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Latinx Homeownership Faces ‘Roadblocks’

first_img Christina Hughes Babb is a reporter for DS News and MReport. A graduate of Southern Methodist University, she has been a reporter, editor, and publisher in the Dallas area for more than 15 years. During her 10 years at Advocate Media and Dallas Magazine, she published thousands of articles covering local politics, real estate, development, crime, the arts, entertainment, and human interest, among other topics. She has won two national Mayborn School of Journalism Ten Spurs awards for nonfiction, and has penned pieces for Texas Monthly, Salon.com, Dallas Observer, Edible, and the Dallas Morning News, among others. The Best Markets For Residential Property Investors 2 days ago Latinx Homeownership Faces ‘Roadblocks’  Print This Post Share Save The Week Ahead: Nearing the Forbearance Exit 2 days ago Home / Daily Dose / Latinx Homeownership Faces ‘Roadblocks’ October 12, 2020 714 Views Tagged with: Great Recession Homebuyers Latinx Demand Propels Home Prices Upward 2 days ago The Best Markets For Residential Property Investors 2 days ago Data Provider Black Knight to Acquire Top of Mind 2 days ago Related Articles About Author: Christina Hughes Babbcenter_img Servicers Navigate the Post-Pandemic World 2 days ago Demand Propels Home Prices Upward 2 days ago Data Provider Black Knight to Acquire Top of Mind 2 days ago Sign up for DS News Daily Great Recession Homebuyers Latinx 2020-10-12 Christina Hughes Babb Previous: DS5: Single-Family Rental Investments Now and in 2021 Next: Fannie Mae: Assistance Available to Owners of Disaster-Impacted Properties Governmental Measures Target Expanded Access to Affordable Housing 2 days ago Servicers Navigate the Post-Pandemic World 2 days ago Governmental Measures Target Expanded Access to Affordable Housing 2 days ago in Daily Dose, Featured, News Both lending inequities and limited household wealth have been holding Latinx homebuyers back since, at least, the Great Recession, according to a Zillow study published Monday. While roadblocks remain, the report indicates, “remarkable growth this half-decade has boosted the share of Latinx households in the U.S. that own their home to its highest since the housing bust.”Within the Latinx American demographic there exists “more than 200 unique ancestries among the 60 million who live in the U.S.,” Zillow reported, adding that their homeownership gains in recent years have outpaced that of other groups.Latinx Americans account for about 18% of the U.S. population and about 60% of new homeowner gains in the country, during the past 10 years. That growth brings the Latinx homeownership rate to 48.9%, the highest level since 2008.This particular group was hit disproportionately hard during the 2008 recession, Zillow has reported: Less than 10% of all U.S. homes are in largely Latinx communities, yet 19.4% of all homes foreclosed upon between 2007 and 2015 were in these neighborhoods, its earlier study showed. After gains in the 1990s and early 2000s, this contributed to the Latinx homeownership rate falling to 44.1% in 2015— the lowest since 1998.”While Latinx households have made recent gains in ownership, longstanding inequities in intergenerational wealth and other systemic barriers continue to impede Latinx Americans from reaching parity with the U.S. population as a whole,” says Manny Garcia, population scientist at Zillow. “Latinx home buyers are more likely to face challenges during the process, with financing the purchase often reported as a primary concern. Even within the Latinx community, wealth inequality could help explain the varying homeownership rates of people of different origins.”Latinx homeownership continues to lag, Zillow said, “more than 10 percentage points behind the rate for Asian, Native, Hawaiian and Pacific Islander households, and nearly 25 percentage points behind non-Latinx white households.”Anther factor could be household wealth, Zillow reported:”The typical Latinx household earns about 75% of the typical white household as of 2018, but that typical white household held more than eight times the amount of overall wealth. That means Latinx households carry a far greater share of their wealth in their homes, adding to the pain caused by the Great Recession,” noted Zillow. “Those who more recently moved to the U.S. are less likely to own a home — perhaps explaining why the homeownership rate among first-generation Latinx Americans (46%) is lower than among other generations (50%)—as are those coming from less wealthy backgrounds. Latinx Americans of Spanish descent have the highest homeownership rate at 63%, while households headed by someone of Dominican descent have the lowest at 29%.”The full breakdown can be found on Zillow.com. The company explained that for the purpose of the analysis, “Latinx” refers to people and heads of household that identify with at least one Hispanic, Latino or Spanish origin. Subscribelast_img read more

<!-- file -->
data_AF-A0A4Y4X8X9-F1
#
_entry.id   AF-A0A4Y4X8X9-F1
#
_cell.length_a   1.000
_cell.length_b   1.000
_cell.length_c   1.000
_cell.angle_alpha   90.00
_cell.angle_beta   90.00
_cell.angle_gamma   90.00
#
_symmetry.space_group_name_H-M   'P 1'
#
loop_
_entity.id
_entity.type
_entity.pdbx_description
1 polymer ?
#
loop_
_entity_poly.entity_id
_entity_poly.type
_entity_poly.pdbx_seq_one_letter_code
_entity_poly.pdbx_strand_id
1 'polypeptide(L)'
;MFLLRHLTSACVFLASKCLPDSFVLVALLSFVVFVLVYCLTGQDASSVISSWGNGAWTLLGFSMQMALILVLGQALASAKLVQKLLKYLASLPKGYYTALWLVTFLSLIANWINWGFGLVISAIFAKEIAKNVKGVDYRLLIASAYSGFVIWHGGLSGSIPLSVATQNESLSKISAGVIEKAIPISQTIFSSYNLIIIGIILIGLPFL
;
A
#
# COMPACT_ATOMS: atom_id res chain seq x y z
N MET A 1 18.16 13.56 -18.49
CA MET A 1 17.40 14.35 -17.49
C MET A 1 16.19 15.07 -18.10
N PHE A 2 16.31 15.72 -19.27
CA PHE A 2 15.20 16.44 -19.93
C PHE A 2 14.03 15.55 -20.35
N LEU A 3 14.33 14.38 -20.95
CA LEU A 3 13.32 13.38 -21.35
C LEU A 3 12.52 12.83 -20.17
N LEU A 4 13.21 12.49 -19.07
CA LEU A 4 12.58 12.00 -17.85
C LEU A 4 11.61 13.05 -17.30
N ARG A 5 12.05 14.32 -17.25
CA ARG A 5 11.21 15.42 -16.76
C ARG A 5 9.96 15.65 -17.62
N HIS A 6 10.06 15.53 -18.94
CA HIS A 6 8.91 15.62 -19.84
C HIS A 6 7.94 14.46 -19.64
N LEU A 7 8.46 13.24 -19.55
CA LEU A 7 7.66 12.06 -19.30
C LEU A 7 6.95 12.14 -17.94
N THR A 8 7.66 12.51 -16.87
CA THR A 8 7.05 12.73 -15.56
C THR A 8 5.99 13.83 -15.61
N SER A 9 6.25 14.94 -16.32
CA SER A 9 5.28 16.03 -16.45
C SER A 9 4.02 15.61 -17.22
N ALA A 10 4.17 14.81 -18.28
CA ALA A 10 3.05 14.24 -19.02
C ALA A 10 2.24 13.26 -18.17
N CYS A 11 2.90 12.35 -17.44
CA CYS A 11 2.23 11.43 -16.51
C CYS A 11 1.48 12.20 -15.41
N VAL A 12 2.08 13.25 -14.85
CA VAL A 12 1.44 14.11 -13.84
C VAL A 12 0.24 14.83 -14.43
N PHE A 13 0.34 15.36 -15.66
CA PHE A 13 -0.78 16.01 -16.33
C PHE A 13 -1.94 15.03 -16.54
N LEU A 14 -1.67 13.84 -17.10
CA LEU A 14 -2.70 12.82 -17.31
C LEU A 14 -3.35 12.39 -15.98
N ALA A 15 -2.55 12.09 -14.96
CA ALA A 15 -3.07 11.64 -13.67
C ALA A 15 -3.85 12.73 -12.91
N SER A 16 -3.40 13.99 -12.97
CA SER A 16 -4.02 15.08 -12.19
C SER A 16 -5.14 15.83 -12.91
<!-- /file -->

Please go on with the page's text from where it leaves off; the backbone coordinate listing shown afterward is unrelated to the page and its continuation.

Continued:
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EU budget ‘good for the northwest’

first_img Twitter Three factors driving Donegal housing market – Robinson Google+ Pinterest Twitter Calls for maternity restrictions to be lifted at LUH Guidelines for reopening of hospitality sector published EU budget ‘good for the northwest’ Almost 10,000 appointments cancelled in Saolta Hospital Group this week Previous articleDerry police appeal after car kills dogNext articleTwo in court on Derry Peace Bridge robbery charges News Highland Google+ RELATED ARTICLESMORE FROM AUTHORcenter_img North West MEP Pat The Cope Gallagher says initial indications are that the EU budget agreed last evening is a good one for the North West.It makes provision for 100 million euro more for the BMW region than had initially been proposed, although it is still 100 million down on the previous allocation.Pat The Cope Gallagher says the budget now comes before parliament, and he and the other Irish MEPs will be analysing it in the coming days: Facebook LUH system challenged by however, work to reduce risk to patients ongoing – Dr Hamilton News Pinterest WhatsApp Facebook By News Highland – February 9, 2013 WhatsApp Business Matters Ep 45 – Boyd Robinson, Annette Houston & Michael Margeylast_img read more